Cooperative Societies- Amul

introduction Amul formed in 1946, is a dairy cooperative in India. It is a brand name managed by an apex cooperative organisation, Gujarat Co-operative Milk Marketing Federation Ltd. (GCMMF), which today is jointly owned by some 2. 8 million milk producers in Gujarat, India[2]. AMUL is based in Anand, Gujarat and has been an example of a co-operative organization’s success in the long term. It is one of the best examples of co-operative achievement in the developing economy. he Amul Pattern has established itself as a uniquely appropriate model for rural development.

Amul has spurred the White Revolution of India, which has made India the largest producer of milk and milk products in the world[citation needed]. It is also the world’s biggest vegetarian cheese brand. Amul is the largest food brand in India and world’s Largest Pouched Milk Brand with an annual turnover of US $1050 million (2006–07). Besides India, Amul has entered overseas markets such as Mauritius, UAE, USA, Bangladesh, Australia, China, Singapore, Hong Kong and a few South African countries. Dr Verghese Kurien, former chairman of the GCMMF, is recognised as a key person behind the success of Amul.

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There are 735 employees of Marketing Arm. However, real pool consist of 2. 8 million milk producers GCMMF TODAY- GCMMF is India’s largest food products marketing organisation. [citation needed]. It is a state level apex body of milk cooperatives in Gujarat, which aims to provide remunerative returns to the farmers and also serve the interest of consumers by providing affordable quality products. GCMMF markets and manages the Amul brand. BIRTH OF AMUL: The birth of Amul at Anand provided the impetus to the cooperative dairy movement in the country.

The Kaira District Cooperative Milk Producers’ Union Limited was registered on December 14, 1946 as a response to exploitation of marginal milk producers by traders or agents of existing dairies in the small town named Anand (in Kaira District of Gujarat). Milk Producers had to travel long distances to deliver milk to the only dairy, the Polson Dairy in Anand. Often milk went sour as producers had to physically carry the milk in individual containers, especially in the summer season. These agents arbitrarily decided the prices depending on the production and the season.

Milk is a commodity that has to be collected twice a day from each cow/buffalo. In winter, the producer was either left with surplus / unsold milk or had to sell it at very low prices. Moreover, the government at that time had given monopoly rights to Polson Dairy to collect milk from Anand and supply it to Bombay city in turn. India ranked nowhere amongst milk producing countries in the world in 1946. Angered by the unfair and manipulative trade practices, the farmers of Kaira District approached Sardar Vallabhbhai Patel under the leadership of the local farmer leader Tribhuvandas Patel.

Sardar Patel advised the farmers to form a Cooperative and supply milk directly to the Bombay Milk Scheme instead of selling it to Polson (who did the same but gave low prices to the producers). He sent Morarji Desai to organize the farmers. In 1946, the farmers of the area went on a milk strike refusing to be further oppressed. Thus the Kaira District Cooperative was established to collect and process milk in the District of Kaira in 1946. Milk collection was also decentralized, as most producers were marginal farmers who were in a position to deliver 1-2 litres of milk per day.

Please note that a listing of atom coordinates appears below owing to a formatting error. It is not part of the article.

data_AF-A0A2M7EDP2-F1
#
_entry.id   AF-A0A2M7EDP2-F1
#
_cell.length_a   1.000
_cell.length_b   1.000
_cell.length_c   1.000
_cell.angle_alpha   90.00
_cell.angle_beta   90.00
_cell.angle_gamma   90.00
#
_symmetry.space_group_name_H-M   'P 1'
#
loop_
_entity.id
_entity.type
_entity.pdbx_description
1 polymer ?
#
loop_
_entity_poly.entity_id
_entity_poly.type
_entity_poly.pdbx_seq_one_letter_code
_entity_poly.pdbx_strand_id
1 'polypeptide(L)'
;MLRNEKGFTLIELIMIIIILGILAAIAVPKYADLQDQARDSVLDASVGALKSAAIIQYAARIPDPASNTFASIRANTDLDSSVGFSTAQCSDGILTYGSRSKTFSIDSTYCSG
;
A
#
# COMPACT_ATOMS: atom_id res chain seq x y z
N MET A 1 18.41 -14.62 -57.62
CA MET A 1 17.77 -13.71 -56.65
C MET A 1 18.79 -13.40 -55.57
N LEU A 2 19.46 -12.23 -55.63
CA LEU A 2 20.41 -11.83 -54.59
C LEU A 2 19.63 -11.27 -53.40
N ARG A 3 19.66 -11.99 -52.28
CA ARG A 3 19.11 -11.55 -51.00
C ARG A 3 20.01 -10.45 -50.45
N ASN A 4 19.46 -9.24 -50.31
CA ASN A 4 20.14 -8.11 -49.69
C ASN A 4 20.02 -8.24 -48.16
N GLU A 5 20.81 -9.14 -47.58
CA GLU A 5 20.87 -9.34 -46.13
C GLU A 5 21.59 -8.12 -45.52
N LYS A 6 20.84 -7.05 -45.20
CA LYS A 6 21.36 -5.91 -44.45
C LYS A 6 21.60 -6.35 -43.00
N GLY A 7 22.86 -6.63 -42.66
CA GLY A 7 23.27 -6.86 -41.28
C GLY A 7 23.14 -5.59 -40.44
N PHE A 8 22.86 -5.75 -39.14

Village level cooperatives were established to organize the marginal milk producers in each of these villages. The Cooperative was further developed & managed by Dr. V Kurien along with Shri H M Dalaya. The first modern dairy of the Kaira Union was established at Anand (which popularly came to be known as AMUL dairy after its brand name). The foundations of a modern dairy industry in India were thus laid since India had one of the largest buffalo populations in the world. The success of the dairy co-operative movement spread rapidly in Gujarat.

Within a short span five other district unions – Mehsana, Banaskantha, Baroda, Sabarkantha and Surat were organized. in 1973, the Gujarat Co-operative Milk Marketing Federation was established. The Kaira District Co-operative Milk Producers’ Union Ltd. which had established the brand name AMUL in 1955 decided to hand over the brand name to GCMMF (AMUL). With the creation of GCMMF (AMUL), we[who? ] managed to eliminate competition between Gujarat’s cooperatives while competing with the private sector as a combined stronger force.

GCMMF (AMUL) has ensured remunerative returns to the farmers while providing consumers with products under the brand name AMUL. This was possible due to the leadership of the founder Chairman of AMUL, Tribhuvandas Patel and the vision of the father of the White Revolution, Dr. Verghese Kurien who worked as a professional manager at AMUL. Numerous people contributed to this movement which would otherwise not have been possible. STRUCTURE The Amul Model is a three-tier cooperative structure.

This structure consists of a Dairy Cooperative Society at the village level affiliated to a Milk Union at the District level which in turn is further federated into a Milk Federation at the State level. The above three-tier structure was set-up in order to delegate the various functions, milk collection is done at the Village Dairy Society, Milk Procurement & Processing at the District Milk Union and Milk & Milk Products Marketing at the State Milk Federation. This helps in eliminating not only internal competition but also ensuring that economies of scale is achieved.